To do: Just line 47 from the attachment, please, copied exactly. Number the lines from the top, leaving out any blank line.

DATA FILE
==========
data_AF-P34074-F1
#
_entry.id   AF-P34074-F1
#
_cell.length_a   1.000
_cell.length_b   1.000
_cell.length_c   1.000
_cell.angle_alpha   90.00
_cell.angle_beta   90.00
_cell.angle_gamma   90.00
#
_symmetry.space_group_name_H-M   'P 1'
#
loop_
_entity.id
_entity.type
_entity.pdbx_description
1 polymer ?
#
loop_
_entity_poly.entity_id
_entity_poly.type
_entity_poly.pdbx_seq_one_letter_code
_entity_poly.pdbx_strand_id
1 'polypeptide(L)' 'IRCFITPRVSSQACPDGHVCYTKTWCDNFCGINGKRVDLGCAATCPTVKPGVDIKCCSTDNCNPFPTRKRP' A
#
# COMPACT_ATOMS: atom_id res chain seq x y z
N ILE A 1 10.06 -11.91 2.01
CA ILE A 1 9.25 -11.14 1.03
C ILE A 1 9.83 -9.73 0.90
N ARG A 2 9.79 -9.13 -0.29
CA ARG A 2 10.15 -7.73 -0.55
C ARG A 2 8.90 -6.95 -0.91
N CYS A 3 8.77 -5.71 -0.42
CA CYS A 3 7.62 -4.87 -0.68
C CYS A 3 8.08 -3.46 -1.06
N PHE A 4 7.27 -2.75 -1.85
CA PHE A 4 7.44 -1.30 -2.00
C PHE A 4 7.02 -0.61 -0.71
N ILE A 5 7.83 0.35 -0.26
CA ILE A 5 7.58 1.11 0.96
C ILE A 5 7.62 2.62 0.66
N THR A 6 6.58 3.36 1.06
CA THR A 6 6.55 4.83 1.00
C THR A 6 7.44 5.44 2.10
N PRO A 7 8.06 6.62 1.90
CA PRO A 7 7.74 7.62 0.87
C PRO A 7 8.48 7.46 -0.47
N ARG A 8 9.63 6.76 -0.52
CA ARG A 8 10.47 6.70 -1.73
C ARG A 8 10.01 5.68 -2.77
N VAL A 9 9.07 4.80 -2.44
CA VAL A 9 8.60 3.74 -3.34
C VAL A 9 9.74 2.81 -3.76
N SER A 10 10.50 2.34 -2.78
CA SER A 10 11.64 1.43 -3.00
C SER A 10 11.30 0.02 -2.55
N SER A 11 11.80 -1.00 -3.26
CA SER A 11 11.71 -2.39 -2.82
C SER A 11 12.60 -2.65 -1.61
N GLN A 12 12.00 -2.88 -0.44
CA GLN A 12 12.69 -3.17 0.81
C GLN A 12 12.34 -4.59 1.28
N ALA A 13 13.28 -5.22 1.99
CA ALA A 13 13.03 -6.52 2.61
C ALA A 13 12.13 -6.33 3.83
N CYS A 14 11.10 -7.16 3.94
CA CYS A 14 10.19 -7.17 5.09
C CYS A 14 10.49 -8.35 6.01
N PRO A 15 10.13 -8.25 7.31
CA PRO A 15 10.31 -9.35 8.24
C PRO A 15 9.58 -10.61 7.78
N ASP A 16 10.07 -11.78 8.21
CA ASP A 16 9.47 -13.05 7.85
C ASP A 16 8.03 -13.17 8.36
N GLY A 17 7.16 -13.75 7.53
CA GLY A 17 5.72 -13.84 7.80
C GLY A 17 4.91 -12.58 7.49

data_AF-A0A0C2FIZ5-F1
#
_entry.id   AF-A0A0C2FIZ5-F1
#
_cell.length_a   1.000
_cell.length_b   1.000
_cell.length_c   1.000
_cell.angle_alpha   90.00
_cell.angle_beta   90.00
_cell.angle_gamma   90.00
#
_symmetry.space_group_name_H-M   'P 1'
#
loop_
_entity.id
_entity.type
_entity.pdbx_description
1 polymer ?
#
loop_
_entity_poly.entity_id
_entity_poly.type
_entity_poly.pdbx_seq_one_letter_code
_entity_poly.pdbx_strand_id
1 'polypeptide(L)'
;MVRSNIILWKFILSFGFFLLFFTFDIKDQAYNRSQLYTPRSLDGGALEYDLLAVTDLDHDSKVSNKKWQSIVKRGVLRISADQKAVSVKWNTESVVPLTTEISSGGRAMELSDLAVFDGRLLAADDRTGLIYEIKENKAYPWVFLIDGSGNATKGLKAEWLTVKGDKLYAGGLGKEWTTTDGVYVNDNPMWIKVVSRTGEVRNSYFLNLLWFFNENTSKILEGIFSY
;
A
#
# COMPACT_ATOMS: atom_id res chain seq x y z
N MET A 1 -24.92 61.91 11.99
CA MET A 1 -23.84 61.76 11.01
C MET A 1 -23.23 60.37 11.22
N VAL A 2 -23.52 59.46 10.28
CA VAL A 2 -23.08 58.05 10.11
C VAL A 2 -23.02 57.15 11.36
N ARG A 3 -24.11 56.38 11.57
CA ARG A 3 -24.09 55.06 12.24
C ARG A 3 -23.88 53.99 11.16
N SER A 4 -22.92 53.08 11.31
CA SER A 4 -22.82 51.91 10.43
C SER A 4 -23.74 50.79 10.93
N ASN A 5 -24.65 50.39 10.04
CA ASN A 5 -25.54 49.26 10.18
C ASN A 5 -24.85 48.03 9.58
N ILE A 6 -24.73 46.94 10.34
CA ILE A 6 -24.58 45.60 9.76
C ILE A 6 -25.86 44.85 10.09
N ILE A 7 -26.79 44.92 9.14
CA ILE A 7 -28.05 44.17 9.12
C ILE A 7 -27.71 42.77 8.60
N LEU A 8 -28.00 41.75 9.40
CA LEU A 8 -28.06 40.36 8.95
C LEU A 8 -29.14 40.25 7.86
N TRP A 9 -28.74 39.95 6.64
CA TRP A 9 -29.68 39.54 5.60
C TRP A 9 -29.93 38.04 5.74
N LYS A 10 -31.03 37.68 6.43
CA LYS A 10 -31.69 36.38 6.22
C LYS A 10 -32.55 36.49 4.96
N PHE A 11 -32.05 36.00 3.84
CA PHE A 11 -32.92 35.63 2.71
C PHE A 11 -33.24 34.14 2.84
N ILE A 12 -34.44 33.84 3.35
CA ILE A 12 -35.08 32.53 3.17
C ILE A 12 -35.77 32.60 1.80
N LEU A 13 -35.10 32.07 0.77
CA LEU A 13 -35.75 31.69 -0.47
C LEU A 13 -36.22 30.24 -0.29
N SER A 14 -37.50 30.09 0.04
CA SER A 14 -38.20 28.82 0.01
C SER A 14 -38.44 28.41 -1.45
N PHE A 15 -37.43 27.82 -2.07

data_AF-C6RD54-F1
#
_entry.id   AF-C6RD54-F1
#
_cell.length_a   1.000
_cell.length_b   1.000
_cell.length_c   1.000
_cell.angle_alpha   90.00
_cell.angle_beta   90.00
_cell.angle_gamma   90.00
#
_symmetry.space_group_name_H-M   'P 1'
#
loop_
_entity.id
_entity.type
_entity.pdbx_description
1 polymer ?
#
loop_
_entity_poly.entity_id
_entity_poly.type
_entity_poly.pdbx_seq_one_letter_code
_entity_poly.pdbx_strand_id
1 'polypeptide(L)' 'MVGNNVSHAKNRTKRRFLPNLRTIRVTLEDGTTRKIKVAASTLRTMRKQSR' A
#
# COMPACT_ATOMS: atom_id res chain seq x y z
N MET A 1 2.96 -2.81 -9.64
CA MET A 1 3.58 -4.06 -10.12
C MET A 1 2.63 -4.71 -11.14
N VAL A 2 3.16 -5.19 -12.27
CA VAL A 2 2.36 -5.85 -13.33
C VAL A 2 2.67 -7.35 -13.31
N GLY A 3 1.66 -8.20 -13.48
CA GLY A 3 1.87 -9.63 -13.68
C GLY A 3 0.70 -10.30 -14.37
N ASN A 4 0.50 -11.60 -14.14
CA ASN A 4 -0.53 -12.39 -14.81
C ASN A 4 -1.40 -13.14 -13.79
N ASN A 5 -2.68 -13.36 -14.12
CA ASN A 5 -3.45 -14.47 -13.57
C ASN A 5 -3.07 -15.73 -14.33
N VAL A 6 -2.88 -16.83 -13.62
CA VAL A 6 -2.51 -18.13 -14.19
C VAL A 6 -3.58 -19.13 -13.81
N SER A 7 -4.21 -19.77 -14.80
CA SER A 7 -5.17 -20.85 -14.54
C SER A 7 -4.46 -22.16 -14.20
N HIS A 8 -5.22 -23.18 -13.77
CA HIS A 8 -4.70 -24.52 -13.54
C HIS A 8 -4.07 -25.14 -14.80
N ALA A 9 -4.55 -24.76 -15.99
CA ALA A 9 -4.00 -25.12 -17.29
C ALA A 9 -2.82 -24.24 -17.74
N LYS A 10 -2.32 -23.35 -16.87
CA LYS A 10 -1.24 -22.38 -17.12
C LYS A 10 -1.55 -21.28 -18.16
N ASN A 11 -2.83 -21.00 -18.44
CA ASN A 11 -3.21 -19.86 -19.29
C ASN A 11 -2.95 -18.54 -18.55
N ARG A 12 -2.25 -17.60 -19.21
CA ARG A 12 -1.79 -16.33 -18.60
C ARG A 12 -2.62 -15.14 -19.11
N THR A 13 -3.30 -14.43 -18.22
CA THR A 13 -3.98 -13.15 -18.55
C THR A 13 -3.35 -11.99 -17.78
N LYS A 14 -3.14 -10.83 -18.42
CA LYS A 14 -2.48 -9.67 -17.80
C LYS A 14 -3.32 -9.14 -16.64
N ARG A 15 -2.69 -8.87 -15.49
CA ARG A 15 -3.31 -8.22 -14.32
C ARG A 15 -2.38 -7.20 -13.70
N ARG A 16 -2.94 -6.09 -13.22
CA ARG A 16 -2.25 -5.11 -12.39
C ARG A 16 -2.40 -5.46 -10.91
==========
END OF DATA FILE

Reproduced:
CA PRO A 7 7.74 7.62 0.87